Many firms will have been working toward regulation for several months and be nearing the final stages. Here are some of the things that should be ticked off your 'to do' list:
Professional indemnity levels confirmed to meet FSA requirements (mortgage and protection levels) – capital and solvency rules reviewed and confirmed
Regulated business plan reviewed (if appropriate)
Senior management systems and controls requirements reviewed against existing practices, changes identified, noted and set in place
Staff training underway. Generic training for those not directly affected, specific courses for those who are
Regulatory reporting requirements understood and systems in development
Inducements review systems in place
New systems signed off by senior management team
New business process reviewed. Where necessary, amendments noted, procedures in place and training underway
Decisions made about use of 'independent' brand and systems in place for fee option
Process for using introducers set up and roles and responsibilities set out
Existing customers contacted and permission gained for continued dialogue, if necessary
Terms of business letters reviewed to ensure: ongoing contact permitted, customer opt-in to allow intermediary to have details of mortgage account once set-up etc.
Compliant Initial Disclosure Document drawn up
Decisions made as to where KFIs will be sourced, suppliers contacted, staff trained
Financial promotions reviewed to ensure compliance with FSA requirements, transitional arrangements drawn up
Record-keeping requirements reviewed against existing practice
Where necessary, agency agreements reviewed and updated (for protection business)
Systems set in place to manage non-regulated parts of buy-to-let etc.
Complaints procedure reviewed against FSA requirements, changes made where necessary, staff trained
Training and competence:
T&C scheme reviewed and amendments made
Focus on ongoing competence requirements understood and staff trained Naturally, this list only touches on some of the issues and parts of it will be more relevant to some firms than others but it is important to realise that regulation will touch every person who works in a firm. The FSA's emphasis on treating customers fairly makes this point obvious.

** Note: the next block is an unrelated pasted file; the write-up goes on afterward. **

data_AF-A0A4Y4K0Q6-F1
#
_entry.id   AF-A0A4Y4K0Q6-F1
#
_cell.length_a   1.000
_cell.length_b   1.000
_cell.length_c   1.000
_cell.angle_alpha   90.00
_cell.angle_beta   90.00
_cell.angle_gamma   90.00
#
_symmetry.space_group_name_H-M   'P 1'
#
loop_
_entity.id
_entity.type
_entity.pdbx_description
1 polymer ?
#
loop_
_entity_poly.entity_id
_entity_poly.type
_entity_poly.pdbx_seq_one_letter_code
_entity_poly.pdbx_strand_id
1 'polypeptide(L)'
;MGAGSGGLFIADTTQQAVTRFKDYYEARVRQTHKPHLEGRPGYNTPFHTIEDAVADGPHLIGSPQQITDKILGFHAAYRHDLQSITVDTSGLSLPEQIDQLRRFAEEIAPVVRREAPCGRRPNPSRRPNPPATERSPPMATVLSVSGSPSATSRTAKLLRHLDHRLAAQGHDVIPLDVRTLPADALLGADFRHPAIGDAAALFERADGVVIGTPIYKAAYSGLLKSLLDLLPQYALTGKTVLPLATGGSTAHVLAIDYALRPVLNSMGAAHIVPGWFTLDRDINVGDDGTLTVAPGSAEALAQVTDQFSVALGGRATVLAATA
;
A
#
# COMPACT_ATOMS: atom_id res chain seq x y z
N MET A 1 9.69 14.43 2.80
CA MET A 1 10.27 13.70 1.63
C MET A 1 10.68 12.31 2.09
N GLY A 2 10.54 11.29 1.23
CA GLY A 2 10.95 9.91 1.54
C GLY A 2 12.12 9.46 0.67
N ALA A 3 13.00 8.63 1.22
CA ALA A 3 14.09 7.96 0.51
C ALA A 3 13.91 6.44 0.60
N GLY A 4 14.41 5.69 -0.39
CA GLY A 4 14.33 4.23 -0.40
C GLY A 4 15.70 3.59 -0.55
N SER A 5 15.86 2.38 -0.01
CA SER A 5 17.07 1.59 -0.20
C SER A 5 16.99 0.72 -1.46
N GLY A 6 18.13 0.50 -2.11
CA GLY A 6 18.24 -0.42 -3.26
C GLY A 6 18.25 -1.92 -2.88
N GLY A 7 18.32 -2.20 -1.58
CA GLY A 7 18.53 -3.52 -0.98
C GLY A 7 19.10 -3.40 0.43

Regulation isn't just something the compliance team does, it's about setting the right culture in the business. Firms that try to manage regulation as a bolt-on to their business risk spending too much time managing the bolt-on at the expense of seeing customers and making a living.
I should know but i don't
Q: I know mortgage regulation begins on October 31 but if I'm not regulated what are my options
A: It's important to recognise that it becomes a criminal offence to advise on, or arrange, mortgages after October 31 if you are not authorised to do so by the FSA. Individuals found doing mortgage business without proper approval after that date are open to substantial fines and even being barred from working in the industry again.
The alternatives are few – become an introducer of business to a firm that is regulated, move into the non-regulated areas (parts of the buy-to-let or commercial market, if the lenders will accept your business), or exit the industry entirely.
If anyone tries to 'borrow' a firm's FSA number to continue to place business they endanger themselves, the firm whose number is used and perhaps even the lender who accepts the business. The validity of the mortgage may be called into doubt.
The FSA regime is more comprehensive and its sanctions more substantial than that of the MCCB. Time is running out and firms must make their final decisions now.